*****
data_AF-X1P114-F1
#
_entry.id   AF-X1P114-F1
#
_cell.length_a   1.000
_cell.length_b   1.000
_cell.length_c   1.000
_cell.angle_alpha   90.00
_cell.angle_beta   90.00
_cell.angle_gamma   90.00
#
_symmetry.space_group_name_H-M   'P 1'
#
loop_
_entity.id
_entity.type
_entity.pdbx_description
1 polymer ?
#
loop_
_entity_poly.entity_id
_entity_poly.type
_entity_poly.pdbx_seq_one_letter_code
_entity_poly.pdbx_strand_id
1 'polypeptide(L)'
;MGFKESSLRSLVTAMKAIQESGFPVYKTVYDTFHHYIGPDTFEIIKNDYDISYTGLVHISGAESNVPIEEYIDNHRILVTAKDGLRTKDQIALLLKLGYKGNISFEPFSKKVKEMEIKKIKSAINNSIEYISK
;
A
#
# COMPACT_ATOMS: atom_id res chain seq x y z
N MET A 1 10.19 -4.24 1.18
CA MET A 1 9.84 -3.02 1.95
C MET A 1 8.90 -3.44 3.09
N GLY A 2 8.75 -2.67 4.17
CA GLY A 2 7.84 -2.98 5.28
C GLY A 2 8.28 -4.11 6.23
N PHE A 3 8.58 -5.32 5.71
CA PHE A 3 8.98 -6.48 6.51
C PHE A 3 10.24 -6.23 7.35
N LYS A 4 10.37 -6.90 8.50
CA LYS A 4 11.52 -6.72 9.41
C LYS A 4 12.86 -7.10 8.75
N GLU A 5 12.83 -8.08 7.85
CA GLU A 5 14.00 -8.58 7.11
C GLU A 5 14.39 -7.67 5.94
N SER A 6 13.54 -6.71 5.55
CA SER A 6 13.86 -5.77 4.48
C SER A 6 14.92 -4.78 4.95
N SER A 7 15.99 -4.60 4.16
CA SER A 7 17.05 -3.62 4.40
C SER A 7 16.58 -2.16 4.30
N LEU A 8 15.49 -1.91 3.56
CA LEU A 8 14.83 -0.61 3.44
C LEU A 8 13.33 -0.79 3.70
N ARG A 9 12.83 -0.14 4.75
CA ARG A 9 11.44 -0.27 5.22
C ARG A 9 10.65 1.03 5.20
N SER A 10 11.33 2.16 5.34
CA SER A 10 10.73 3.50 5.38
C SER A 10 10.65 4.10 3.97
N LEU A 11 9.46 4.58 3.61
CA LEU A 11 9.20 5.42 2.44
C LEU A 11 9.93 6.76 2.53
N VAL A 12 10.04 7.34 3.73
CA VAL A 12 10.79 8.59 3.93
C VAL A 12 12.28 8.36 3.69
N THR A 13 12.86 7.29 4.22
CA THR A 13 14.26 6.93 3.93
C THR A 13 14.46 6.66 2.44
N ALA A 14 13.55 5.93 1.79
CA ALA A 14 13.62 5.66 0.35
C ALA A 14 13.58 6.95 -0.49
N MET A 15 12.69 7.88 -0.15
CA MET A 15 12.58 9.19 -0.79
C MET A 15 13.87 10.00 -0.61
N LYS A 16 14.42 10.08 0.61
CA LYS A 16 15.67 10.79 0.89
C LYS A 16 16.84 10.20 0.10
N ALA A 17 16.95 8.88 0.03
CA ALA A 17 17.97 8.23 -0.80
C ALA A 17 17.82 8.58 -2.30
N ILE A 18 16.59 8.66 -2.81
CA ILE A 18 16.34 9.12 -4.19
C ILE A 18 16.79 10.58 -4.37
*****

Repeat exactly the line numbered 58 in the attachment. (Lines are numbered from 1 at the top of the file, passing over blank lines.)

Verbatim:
N SER A 10 11.33 2.16 5.34